Mold-parts supplier Jamestown Precision Tooling Co. will close by the end of June and shift its operations to a sister company in Dayton, Ohio.
The company is another victim of a lingering downturn in U.S. mold making, said Thomas Geiger, vice president of operations for the Jamestown, N.Y., facility.
``Our fear is that this is not the typical, cyclical dip in business,'' Geiger said. ``We don't see the business coming back this time. We just had no other alternative.''
Launched in 1962 as a small, locally owned tool shop under the name Jamestown Perforators, the company broadened after its purchase in 1986 by manufacturing group Federal Signal Corp.
As recently as 2000, the Jamestown plant added 5,300 square feet and ramped up to 143 workers, Geiger said.
Layoffs have reduced that number to 101 workers at the 40,000-square-foot plant.
Federal Signal, based in Oak Brook, Ill., was forced to close the plant, given the weak economic situation and overseas price pressures, said spokeswoman Stephanie Kushner. The company will transfer some of the plant's mold-building and components work to Dayton Progress Corp.'s headquarters in Ohio starting in March, Kushner said.
Other work will go to Dayton Progress facilities in Canada and Portugal, where the company can reduce costs, Kusher said.
``It's part of a broader effort to adjust our manufacturing footprint for our tooling business,'' she said. ``It's making sense for us to cut back on production, given the drop in margins and in capacity.''
Dayton Progress has two buildings in Dayton totaling 110,000 square feet. Work moving there includes the production of specialty mold products, including custom cores and pins, and some tooling work for ammunition cartridges and battery components, said Al Ringler, president of Federal Signal's tool group.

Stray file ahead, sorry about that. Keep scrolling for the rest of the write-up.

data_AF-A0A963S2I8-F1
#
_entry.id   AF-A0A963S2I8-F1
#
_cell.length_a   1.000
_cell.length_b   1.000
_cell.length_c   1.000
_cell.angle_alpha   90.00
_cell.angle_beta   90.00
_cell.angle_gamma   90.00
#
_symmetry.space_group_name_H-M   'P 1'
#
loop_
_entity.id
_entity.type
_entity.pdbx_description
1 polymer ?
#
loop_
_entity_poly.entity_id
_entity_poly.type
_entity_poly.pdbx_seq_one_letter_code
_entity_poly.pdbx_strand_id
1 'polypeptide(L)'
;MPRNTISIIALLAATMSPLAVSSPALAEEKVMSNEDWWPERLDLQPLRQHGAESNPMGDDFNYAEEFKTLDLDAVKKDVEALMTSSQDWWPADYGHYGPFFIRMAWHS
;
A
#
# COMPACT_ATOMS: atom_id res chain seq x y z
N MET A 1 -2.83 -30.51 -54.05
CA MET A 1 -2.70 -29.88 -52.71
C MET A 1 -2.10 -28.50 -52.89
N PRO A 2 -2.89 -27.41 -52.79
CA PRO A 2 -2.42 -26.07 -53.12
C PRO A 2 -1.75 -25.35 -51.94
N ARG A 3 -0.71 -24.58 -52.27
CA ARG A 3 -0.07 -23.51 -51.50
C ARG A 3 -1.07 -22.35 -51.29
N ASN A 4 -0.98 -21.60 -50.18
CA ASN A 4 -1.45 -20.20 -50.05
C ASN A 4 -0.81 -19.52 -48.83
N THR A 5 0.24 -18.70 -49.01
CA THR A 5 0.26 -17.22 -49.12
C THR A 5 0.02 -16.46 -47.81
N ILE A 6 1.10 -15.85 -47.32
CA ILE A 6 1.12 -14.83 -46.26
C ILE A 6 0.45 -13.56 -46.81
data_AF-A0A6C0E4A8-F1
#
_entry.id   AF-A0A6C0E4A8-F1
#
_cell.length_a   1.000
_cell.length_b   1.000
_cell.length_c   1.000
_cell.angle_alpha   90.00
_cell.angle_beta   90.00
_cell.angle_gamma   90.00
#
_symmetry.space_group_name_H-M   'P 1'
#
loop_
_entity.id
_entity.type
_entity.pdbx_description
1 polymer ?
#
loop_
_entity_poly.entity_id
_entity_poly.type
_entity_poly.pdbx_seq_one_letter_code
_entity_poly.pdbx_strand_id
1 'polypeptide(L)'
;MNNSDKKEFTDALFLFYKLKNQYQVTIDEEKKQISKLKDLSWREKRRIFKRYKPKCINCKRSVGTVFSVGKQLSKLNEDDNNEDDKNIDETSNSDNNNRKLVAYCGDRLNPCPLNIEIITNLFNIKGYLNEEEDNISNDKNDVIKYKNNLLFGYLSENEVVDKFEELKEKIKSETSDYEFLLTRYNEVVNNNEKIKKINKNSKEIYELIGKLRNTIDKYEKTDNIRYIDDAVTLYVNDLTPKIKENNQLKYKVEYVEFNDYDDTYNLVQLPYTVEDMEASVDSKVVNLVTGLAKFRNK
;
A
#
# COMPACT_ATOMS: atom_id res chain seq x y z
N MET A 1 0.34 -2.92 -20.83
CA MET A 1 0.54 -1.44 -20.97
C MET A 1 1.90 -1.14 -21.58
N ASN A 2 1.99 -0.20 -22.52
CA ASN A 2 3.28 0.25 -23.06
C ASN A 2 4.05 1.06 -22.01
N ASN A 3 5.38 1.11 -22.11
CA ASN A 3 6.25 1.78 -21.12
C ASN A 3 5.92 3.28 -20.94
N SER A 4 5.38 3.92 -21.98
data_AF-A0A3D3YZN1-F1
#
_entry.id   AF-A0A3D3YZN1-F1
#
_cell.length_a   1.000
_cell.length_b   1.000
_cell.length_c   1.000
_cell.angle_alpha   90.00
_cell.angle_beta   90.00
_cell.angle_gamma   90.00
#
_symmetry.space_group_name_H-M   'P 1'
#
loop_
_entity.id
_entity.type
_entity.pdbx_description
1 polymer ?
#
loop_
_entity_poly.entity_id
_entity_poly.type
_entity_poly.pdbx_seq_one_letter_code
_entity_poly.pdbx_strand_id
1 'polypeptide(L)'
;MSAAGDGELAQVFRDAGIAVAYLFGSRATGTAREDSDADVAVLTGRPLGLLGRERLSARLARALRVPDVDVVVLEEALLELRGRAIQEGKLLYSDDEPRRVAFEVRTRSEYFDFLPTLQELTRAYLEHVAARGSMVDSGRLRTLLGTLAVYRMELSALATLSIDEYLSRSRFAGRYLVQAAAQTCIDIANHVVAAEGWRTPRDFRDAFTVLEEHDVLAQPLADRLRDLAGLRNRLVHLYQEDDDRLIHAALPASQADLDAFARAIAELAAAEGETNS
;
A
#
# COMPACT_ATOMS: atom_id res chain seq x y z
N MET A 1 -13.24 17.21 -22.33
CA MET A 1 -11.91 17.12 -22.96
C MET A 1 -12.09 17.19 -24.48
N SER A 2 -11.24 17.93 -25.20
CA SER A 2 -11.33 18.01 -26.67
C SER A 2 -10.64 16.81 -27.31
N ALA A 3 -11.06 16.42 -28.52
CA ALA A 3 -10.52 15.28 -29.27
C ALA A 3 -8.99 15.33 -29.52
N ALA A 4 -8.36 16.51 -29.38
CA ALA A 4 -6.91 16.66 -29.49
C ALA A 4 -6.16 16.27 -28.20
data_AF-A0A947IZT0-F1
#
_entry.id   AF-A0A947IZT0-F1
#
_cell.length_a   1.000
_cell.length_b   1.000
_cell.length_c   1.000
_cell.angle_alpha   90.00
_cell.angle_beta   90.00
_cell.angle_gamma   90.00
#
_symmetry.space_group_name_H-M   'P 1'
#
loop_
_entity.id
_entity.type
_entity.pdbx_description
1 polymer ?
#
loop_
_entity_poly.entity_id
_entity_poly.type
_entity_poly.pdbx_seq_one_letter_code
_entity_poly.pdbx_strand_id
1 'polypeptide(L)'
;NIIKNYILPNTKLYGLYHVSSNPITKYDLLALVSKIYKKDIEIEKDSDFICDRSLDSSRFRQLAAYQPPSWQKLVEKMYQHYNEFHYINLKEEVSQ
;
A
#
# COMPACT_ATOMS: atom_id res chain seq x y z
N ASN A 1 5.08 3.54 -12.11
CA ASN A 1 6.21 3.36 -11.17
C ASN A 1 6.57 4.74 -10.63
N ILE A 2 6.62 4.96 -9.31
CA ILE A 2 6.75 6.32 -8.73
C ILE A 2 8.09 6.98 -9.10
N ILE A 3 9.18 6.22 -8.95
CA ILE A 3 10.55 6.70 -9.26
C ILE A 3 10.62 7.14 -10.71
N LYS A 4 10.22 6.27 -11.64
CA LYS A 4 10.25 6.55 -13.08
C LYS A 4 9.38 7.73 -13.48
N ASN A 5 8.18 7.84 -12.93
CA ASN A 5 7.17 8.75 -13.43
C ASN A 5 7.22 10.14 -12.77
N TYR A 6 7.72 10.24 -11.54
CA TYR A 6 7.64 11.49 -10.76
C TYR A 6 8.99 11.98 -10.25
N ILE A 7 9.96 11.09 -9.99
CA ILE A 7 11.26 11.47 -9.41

The Dayton facility already builds some battery and ammunition molds, he said. The facility primarily makes stamping dies for metal parts, he said.
The company still must decide how many employees will move from Jamestown to Dayton, Ringler said.
Workers were notified Jan. 20 of the plant's shutdown.
``Plastic injection mold work is a new venture for us [in Dayton],'' Ringler said. ``We plan to take some equipment and some key people from the Jamestown plant. We want to learn everything they know about the technology.''
Federal Signal also owns another mold-components subsidiary, PCS Co. of Fraser, Mich. That company, unaffected by the Jamestown closing, makes standard mold bases and components, while Jamestown Precision targets more specialized parts, Ringler said.
The plant's problems are a symptom of a decline in U.S. tooling since the fall of 2000, Ringler said. At the time, the Jamestown plant was operating at close to capacity, he said.
``It had nothing to do with people or the quality of work,'' Ringler said. ``There just isn't enough work to go around.
``We had a good run. But for the first time in more than 38 years in this business, I have serious misgivings. I've never seen anything as scary as we've seen now.''
The company plans to look for a buyer in Jamestown, said Geiger, who started his career with Dayton Progress in 1963.